It is normal and proper procedure in the repair of a major damage to a ship to invite several repair yards to tender for the necessary work, so that the best technical solutions and commercial terms are obtained. The tenders will also indicate how quickly the damage can be repaired.

Although marine insurance based on the Plan allows the assured to decide where his ship is going to be repaired, most shipowners would probably invite several yards to tender for the work, even if the insurer involved did not interfere. In practice, tenders will normally be obtained after consultation between the assured, the hull insurer and the loss of hire insurer.

Nevertheless, competition between several yards will primarily be in the interest of the insurers and provisions have been included in the Plan in order to protect these interests. According to Cl. 12-11, sub-clause 1 (with regard to hull insurance) and Cl. 16-9, sub-clause 1 (with regard to loss of hire insurance), the insurer may require that tenders be obtained from repair yards of their choice.  The insurer must advise the assured whether or not he will demand invitations to tender. If he fails to do so, he may not object if the assured commences repairs without further notice, and the insurer will be obliged to cover the time actually lost.

If, on the other hand, the insurer has demanded invitations to tender and the assured fails to comply with such demand, Cl. 16-9, sub-clause 1, second sentence, establishes the insurer's right to obtain tenders directly, possibly even after the repairs have been carried out. The same applies if the assured repairs the damage without having notified the insurer. Even if the assured and/or the hull insurer have obtained some tenders, the loss of hire insurer is entitled to obtain additional tenders independently, if he has reason to be dissatisfied with those already obtained.

The assured may sometimes refuse to have the ship repaired at a particular repair yard under any circumstances, inter alia due to the bad reputation of the yard or due to other more specific business factors. Cl. 16-9, sub-clause 2, which corresponds to Cl. 12-12, sub-clause 3 (concerning hull insurance), reads:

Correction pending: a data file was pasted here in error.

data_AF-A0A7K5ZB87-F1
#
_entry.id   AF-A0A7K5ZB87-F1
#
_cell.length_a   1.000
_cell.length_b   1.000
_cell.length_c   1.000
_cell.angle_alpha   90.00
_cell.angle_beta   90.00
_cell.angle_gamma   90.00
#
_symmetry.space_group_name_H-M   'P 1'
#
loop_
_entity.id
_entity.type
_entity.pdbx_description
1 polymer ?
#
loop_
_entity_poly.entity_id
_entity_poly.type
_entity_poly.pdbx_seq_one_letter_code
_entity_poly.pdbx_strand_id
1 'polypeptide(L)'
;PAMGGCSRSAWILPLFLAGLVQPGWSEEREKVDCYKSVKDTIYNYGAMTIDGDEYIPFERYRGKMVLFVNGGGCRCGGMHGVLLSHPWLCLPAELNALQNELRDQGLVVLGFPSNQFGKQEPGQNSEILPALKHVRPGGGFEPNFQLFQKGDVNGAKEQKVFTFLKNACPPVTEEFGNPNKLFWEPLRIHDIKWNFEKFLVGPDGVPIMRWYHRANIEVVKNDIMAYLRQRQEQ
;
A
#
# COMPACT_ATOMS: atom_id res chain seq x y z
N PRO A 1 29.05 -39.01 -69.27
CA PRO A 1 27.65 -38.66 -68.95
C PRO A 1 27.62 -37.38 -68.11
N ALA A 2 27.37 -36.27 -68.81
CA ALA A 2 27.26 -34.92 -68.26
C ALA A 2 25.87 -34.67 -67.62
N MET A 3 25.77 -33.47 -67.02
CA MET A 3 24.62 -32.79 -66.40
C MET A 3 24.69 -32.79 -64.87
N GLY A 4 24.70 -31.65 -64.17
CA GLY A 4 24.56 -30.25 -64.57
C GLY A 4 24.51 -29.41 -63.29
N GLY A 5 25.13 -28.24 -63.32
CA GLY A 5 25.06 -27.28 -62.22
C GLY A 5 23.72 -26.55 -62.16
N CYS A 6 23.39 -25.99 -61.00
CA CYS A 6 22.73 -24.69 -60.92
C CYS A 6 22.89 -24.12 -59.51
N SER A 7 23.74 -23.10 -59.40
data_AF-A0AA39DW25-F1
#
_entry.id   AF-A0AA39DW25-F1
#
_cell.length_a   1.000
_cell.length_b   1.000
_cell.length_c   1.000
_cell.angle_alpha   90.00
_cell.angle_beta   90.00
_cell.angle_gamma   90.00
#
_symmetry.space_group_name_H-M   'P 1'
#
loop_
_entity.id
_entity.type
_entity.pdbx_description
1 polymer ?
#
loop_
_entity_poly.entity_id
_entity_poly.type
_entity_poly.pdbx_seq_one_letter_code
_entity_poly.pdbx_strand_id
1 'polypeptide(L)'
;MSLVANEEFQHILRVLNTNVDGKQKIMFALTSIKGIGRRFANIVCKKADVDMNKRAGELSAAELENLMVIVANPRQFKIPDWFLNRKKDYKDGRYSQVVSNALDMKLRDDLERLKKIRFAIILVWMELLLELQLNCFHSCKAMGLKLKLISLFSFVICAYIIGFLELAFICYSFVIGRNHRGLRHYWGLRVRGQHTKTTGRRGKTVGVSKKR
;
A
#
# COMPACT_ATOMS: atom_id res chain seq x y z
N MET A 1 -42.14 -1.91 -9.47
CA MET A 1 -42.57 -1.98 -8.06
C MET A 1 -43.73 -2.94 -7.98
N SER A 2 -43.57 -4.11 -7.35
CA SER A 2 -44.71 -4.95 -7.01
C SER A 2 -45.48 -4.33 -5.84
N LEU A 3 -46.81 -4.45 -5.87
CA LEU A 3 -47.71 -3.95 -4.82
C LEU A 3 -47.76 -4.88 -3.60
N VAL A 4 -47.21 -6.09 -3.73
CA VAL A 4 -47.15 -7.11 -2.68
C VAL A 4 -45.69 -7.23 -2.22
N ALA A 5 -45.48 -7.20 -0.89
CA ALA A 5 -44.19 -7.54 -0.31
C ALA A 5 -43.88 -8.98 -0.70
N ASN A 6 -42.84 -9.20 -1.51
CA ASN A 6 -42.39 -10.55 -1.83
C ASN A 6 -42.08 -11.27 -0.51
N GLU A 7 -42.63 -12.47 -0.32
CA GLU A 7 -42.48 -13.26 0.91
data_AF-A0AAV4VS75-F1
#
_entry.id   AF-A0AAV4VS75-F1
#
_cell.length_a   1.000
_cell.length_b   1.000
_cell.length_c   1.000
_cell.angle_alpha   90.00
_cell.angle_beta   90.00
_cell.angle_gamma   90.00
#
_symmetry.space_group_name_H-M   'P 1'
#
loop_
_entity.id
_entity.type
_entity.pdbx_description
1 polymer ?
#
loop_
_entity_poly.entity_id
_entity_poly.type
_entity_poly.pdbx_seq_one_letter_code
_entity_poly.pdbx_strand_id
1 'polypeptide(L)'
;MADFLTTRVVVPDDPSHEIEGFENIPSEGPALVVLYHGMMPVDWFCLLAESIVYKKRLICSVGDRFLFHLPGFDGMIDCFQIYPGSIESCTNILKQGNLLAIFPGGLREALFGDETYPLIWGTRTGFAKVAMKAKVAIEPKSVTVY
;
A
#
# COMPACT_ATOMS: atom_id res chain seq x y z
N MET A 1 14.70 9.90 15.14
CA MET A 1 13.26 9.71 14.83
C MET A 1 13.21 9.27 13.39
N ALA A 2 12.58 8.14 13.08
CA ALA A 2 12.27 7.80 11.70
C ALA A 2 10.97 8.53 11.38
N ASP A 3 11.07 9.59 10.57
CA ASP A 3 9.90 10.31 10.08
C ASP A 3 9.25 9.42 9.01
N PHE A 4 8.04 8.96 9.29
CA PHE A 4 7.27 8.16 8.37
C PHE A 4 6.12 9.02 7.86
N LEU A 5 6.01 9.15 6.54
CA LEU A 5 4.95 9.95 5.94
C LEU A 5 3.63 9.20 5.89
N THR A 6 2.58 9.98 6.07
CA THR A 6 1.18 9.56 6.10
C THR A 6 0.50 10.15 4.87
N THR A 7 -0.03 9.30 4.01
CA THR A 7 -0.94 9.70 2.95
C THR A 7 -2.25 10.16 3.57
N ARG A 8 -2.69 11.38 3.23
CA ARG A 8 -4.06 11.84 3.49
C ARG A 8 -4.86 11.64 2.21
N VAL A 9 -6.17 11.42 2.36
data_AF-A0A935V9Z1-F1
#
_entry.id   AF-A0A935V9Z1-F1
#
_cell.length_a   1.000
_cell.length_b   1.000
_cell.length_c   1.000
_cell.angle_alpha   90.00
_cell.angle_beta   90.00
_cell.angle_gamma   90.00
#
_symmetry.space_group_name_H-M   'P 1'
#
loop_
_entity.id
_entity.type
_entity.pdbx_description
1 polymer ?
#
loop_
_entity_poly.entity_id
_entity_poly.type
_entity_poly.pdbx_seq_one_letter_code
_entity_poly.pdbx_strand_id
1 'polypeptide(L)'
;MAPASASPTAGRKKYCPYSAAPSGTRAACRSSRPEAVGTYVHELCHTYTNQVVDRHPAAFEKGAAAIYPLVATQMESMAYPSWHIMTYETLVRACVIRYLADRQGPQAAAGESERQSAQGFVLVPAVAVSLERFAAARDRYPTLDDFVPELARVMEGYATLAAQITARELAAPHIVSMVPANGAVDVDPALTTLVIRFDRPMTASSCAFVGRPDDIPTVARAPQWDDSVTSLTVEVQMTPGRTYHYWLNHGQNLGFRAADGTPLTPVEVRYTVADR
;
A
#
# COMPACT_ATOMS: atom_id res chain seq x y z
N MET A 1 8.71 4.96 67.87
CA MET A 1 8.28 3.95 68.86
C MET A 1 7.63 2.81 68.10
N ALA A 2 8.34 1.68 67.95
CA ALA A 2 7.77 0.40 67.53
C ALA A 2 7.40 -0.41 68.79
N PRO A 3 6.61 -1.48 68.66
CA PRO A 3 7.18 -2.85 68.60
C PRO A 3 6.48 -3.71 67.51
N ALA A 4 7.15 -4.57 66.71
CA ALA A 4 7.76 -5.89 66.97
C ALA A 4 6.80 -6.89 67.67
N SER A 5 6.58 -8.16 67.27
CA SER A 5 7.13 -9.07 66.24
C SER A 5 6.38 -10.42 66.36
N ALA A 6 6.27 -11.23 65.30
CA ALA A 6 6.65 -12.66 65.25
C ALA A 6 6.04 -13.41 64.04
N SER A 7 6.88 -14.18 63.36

If, due to special circumstances, the assured has justifiable objections to the use of a particular repair yard, he may require that the tender from that yard be disregarded. [19]

Firstly, the assured's right to require that a particular tender be disregarded is subject to the assured objecting as soon as he becomes aware of the relevant circumstances. If the assured has already invited the yard to submit a tender, it is normally too late to raise objections concerning circumstances of which the assured was, or ought to have been, aware when he requested the yard to submit a tender.

Secondly, the assured may only demand that the yard be disregarded if "due to special circumstances" the assured has "justifiable objections" to the use of the yard. The following circumstances will normally be considered "justifiable objections":

  • justifiable doubt as to whether the yard has sufficient technical capability,

  • justifiable doubt as to whether the yard has sufficient financial capacity, and

  • an actual threat of strike at the yard, or the yard has recently been involved in repeated strikes and there is reason to fear that the conflict has not been resolved.

The fact that the assured has had many disputes with a particular yard concerning earlier assignments is usually not relevant. However, the situation may be different if the assured can prove that the disputes have occurred due to dishonesty or due to a notorious unbusinesslike attitude on the part of the repair yard with regard to variation order requests.

[19] For reasons unknown to the writer, the English 2003 version of Cl. 16-9, sub-clause 2 has been amended so that the wording is no longer exactly identical to Cl. 12-12, sub-clause 3 in spite of the Commentary to Cl. 16-9 stating that the wordings are identical. There must have been some unauthorised initiative taken on this point, which though cannot have any substantive effect on the understanding and application of the two provisions. This little editorial discrepancy has not been corrected in any of the subsequent versions of the Plan.